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Jewish World Review March 22, 2001 / 27 Adar, 5761

Clarence Page

Clarence Page
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Consumer Reports

"Will Hispanics elbow blacks out of the way as the nation's most prominent minority group?" -- AN oddly antagonistic tone infects much of the news and commentaries about how Hispanics may now outnumber African-Americans.

In TV and in print, I have seen reporters ask questions like: "Will Hispanics elbow blacks out of the way as the nation's most prominent minority group? Will tensions between the two groups increase? Will Black History Month be shoved aside by Cinco de Mayo?

Sorry, gang, but, if anything, the 2000 census only confirms changes that many of us have been witnessing since the 1960s. Just as we were a nation of Jeffersonian farmers in our first century and became more urban and industrial in our second, the American landscape now has become more suburban, less white and more racially and ethnically diverse since the 1950s and '60s.

If anything, it confirms that we have to start adjusting the way we look at ourselves. We also have to adjust the way we talk. For example:

- Melting pot: Hey, you know what? People really don't "melt." In my mind, there's nothing more American than a healthy expression of ethnic diversity like St. Patrick's Day, Columbus Day or Black History Month. Each in its own way celebrates contributions to the pot.

President Theodore Roosevelt helped bring that charming melting-pot metaphor into vogue to ease national anxieties brought about by the wave of immigrants a century ago. Today we need more up-to-date metaphors to help us live comfortably with our new diversity. Among the suggestions growing in popularity around the country are "salad bowl," "mulligan stew," "gumbo" and, as one Asian-American colleague in southern California suggested, "the American stir-fry."

- Race and ethnicity: As the 2000 census forms point out, "Hispanics may be of any race." Yet of the 13 percent of Americans who called themselves Hispanic in the census, close to half checked off "other" when asked for their race. Many of them then wrote in "I am Hispanic," indicating their idea of race is not the same as that of the census takers.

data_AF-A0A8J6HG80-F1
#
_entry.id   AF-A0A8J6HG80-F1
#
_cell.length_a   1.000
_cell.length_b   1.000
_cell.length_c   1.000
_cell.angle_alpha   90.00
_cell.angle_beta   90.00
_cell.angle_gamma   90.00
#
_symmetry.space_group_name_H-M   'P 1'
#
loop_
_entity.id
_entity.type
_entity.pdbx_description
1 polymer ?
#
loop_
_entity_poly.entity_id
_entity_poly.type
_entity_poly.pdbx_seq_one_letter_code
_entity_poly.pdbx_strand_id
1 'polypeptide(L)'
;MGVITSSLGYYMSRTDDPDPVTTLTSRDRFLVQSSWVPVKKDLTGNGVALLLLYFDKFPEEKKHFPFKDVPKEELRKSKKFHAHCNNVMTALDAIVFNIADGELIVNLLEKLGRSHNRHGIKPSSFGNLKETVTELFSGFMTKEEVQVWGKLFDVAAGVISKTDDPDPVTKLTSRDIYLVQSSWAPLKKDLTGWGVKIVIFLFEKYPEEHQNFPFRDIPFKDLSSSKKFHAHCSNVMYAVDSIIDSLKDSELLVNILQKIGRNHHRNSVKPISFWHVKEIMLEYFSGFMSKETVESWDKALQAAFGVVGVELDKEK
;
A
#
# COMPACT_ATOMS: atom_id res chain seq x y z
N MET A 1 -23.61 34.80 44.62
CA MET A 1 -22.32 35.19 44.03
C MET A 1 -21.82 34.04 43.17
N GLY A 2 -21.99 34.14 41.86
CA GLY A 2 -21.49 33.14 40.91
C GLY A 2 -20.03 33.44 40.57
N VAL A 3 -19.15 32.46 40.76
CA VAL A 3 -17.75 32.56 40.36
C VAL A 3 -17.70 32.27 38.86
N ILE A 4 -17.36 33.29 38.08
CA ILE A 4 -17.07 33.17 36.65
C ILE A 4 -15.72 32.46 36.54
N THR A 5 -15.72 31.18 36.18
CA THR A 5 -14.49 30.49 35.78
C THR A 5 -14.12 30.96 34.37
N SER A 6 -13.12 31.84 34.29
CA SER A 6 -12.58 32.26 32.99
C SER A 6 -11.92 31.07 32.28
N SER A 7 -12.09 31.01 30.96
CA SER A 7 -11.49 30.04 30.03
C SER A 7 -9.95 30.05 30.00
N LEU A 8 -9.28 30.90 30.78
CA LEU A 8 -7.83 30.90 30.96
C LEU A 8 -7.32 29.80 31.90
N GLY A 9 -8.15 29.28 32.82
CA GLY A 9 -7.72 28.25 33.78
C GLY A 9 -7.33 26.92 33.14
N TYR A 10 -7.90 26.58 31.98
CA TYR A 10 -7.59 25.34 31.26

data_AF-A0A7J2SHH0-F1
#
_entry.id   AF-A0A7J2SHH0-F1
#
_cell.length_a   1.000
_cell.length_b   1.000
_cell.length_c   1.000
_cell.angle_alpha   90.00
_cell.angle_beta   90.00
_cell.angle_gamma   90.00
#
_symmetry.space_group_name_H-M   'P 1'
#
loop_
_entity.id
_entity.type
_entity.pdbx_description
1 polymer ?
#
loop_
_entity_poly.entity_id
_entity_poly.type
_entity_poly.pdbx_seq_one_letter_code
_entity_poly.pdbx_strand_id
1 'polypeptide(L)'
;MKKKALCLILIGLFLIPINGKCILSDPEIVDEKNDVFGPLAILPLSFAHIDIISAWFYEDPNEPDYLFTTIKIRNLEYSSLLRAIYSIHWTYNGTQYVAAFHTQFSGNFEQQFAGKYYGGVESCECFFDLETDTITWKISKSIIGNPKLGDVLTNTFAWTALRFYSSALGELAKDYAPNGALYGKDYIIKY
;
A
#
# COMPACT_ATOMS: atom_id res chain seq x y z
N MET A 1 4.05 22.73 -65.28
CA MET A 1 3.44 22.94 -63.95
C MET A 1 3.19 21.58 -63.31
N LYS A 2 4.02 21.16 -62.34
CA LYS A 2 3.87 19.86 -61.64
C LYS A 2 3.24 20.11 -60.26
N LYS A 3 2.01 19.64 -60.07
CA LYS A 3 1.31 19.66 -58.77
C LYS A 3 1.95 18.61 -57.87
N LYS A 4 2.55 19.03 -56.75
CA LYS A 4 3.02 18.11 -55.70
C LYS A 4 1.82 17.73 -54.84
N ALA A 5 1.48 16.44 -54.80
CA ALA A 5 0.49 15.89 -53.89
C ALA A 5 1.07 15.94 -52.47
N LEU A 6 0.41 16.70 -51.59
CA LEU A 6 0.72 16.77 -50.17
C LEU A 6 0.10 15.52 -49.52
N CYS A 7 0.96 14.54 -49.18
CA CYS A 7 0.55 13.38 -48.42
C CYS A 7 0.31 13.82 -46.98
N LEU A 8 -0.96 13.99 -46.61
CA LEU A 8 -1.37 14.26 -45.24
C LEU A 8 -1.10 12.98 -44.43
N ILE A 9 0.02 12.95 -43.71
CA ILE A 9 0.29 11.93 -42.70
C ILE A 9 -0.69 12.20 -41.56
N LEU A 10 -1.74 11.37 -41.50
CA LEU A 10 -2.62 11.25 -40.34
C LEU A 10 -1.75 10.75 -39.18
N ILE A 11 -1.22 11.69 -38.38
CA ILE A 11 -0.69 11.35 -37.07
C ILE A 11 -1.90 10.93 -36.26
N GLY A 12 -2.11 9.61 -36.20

Over the decades, Americans have grown accustomed to talking about "race" in terms of black and white. The growth of Hispanics and, for that matter, Asians, shows how inadequately those labels describe such broad groupings of people.

Relations between Puerto Ricans and Dominicans in New York City's neighborhoods, for example, are not the same as those between Cubans, Haitians and native-born black Americans in Miami. Similarly the concerns of Chinese-Americans in San Francisco are not the same as Japanese-Americans in Los Angeles or Hmong in Minnesota.

Former House Speaker Thomas P. "Tip" O'Neill's famous slogan that "all politics is local" could be adjusted now to say that most race and ethnic relations have become local, too.

- Diversity: This word already is beginning to replace integration and affirmative action as less abrasive-sounding or, for some, more politically correct. But as class slowly replaces race as the most decisive factor in opening doors of opportunity, we must come to grips with remedies that target people of all colors who lack adequate jobs, schools, housing, family life and other stepping stones to success.

- Minority: For years this word has meant non-white. That's not so easy anymore. The new census shows that California, for example, does not have a white, non-Hispanic majority anymore. That means every racial group there is a minority. By the middle of the 21st century, non-whites are expected to outnumber whites nationally. Yet most white Californians probably wouldn't know they are a minority if somebody didn't tell them. Like other people, most tend to live, work and play in communities made up of people much like them. Which leads us to ...

- Community: This can mean a town or a neighborhood, but it also describes people who share certain goals and values. The best way for people from diverse backgrounds to move to common ground is through common cause. It warms my heart as an American to see the way we respond as human beings to catastrophes. In the heat of tragedy, color doesn't matter. All that matters is helping your neighbor.

As we Americans look upon our most multiracial and multicultural century so far, we should not wait for a crisis to pull good people together across racial lines in common cause to common ground. We have enough problems in common to deal with right now.

Comment on JWR contributor Clarence Page's column by clicking here.


03/19/01: Blacks and the SATs
03/15/01: The census: How much race still matters in the everyday life of America
03/12/01: Jesse is a victim!
03/08/01: Saving kids from becoming killers
03/01/01: Parents owe "Puffy" and Eminem our thanks

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